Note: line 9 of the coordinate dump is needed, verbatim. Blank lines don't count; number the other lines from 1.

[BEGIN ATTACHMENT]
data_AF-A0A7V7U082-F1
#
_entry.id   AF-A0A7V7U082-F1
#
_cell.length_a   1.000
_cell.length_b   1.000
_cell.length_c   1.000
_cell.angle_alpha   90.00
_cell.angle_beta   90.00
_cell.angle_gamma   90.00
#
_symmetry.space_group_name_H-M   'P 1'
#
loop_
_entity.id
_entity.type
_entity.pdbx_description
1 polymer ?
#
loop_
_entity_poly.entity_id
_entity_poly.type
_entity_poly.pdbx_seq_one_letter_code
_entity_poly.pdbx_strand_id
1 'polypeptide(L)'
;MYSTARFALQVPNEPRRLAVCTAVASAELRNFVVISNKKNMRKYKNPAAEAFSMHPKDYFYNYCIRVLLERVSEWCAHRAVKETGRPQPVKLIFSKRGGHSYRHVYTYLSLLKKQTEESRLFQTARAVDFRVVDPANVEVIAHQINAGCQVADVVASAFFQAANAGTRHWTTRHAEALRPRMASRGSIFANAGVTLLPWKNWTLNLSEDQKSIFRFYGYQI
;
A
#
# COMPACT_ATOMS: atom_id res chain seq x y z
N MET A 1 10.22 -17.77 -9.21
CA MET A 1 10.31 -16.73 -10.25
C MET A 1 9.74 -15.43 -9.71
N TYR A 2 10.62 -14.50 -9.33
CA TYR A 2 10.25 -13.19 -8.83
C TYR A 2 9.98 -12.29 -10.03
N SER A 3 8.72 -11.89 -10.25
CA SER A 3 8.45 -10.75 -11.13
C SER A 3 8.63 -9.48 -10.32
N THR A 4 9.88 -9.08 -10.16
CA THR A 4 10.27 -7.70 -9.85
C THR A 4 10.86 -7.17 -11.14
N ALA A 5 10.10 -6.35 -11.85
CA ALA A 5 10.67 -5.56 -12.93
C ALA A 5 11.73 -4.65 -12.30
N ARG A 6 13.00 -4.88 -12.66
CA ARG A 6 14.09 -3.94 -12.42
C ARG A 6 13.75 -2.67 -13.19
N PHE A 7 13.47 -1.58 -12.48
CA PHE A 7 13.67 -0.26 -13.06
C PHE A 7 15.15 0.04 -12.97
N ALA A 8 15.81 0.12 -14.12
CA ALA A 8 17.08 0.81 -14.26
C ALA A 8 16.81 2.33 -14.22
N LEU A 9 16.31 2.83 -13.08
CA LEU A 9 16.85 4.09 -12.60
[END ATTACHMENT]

_cell.angle_beta   90.00